For the second year in a row, the world’s largest salmon producer, Mowi, reigns at the top of the list of the world’s most sustainable protein producers. In total, three Norwegian seafood companies are ranked among the top 10.
The Coller FAIRR Protein Index looks at how the world’s 60 largest publicly listed companies producing meat, dairy and seafood performs on various risk factors relating to sustainability.
In the three years the report has been published, Norwegian aquaculture companies have always led the way, with Lerøy Seafood Group grabbing the top spot in 2018 and Grieg Seafood also among the top 10.
CEO of the Norwegian Seafood Council, Renate Larsen is not surprised to see so many Norwegian salmon producers scoring high on these rankings year after year.
“There is little doubt that Norwegian aquaculture is among the most sustainable food production there is, and the industry is continually working to further evolve and advance in a sustainable way. Eating more seafood is a good way to reduce our climate emissions, and Norwegian salmon companies are leading the way in sustainable protein production,” says Larsen.
Meat and dairy play catch-up
The primary purpose of the Coller FAIRR Protein Index is to support investors in making decisions taking sustainability into account, as well as enabling the companies themselves to benchmark against their peers and improve their management and reporting of risks.
On the list the companies are ranked on how they perform in areas of greenhouse gas emissions, deforestation, use of antibiotics and labour conditions.
Whilst the Norwegian seafood companies represent the positive end of the scale, the report points out that 86 percent of the large meat and dairy producers have not set meaningful targets for how to reduce emissions.
“If global animal agriculture was a country, it would be the second highest emitter of greenhouse gases. FAIRR’s data shows three in four global Meat and Dairy giants are hiding the full extent of their climate emissions or failing to set meaningful targets to reduce them,” says Jeremy Coller, founder of the FAIRR-network.¨
Norwegian salmon lead the way on elimination of antibiotics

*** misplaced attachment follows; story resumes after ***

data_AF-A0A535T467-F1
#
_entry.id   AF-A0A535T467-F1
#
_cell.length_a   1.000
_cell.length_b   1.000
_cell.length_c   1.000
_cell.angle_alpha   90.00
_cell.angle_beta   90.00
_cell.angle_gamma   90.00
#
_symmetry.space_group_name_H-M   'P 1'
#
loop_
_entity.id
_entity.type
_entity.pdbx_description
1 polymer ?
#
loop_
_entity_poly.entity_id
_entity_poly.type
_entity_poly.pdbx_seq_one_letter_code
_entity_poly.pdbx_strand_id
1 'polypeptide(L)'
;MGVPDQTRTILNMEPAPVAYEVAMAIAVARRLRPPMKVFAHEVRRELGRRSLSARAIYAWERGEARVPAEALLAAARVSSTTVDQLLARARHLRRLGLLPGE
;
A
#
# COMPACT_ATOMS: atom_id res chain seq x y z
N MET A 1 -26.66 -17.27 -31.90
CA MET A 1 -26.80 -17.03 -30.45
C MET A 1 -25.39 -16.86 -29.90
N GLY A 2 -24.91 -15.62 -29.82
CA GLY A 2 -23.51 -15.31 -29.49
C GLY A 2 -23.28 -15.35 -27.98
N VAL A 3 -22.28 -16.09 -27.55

Another area where Norwegian aquaculture bucks the trend found in the Coller FAIRR report is on the use of antibiotics in production. Many protein producers use antibiotics to help animals achieve higher slaughter weights, and as a preventative measure to help support against disease caused by unhygienic and crowded conditions in slaughterhouses.
Whilst the use of antibiotics has been all but eliminated in Norwegian salmon farming, 70 percent of the companies in the index, and all companies producing beef or dairy, have been ranked as “high risk” for antibiotic stewardship.
“Norway has never produced more salmon than in 2019, yet the use of antibiotics continues to drop. This is the result of strong focus on fish welfare and food safety in the industry, and we are proud to say Norwegian aquaculture is the best in the world when it comes to antibiotics use in animal food production,” says Renate Larsen.
The Norwegian Seafood Council works with the Norwegian fisheries and aquaculture industries to develop markets for Norwegian seafood through local market intelligence, market development and reputational risk management. The Seafood Council is headquartered in Tromsø and maintains local representatives in twelve of Norway's most important international markets. The Norwegian seafood industry finances the activities of the Norwegian Seafood Council via a tariff on all Norwegian seafood exports.
The Norwegian Seafood Council is a public company owned by the Ministry of Trade, Industry and Fisheries.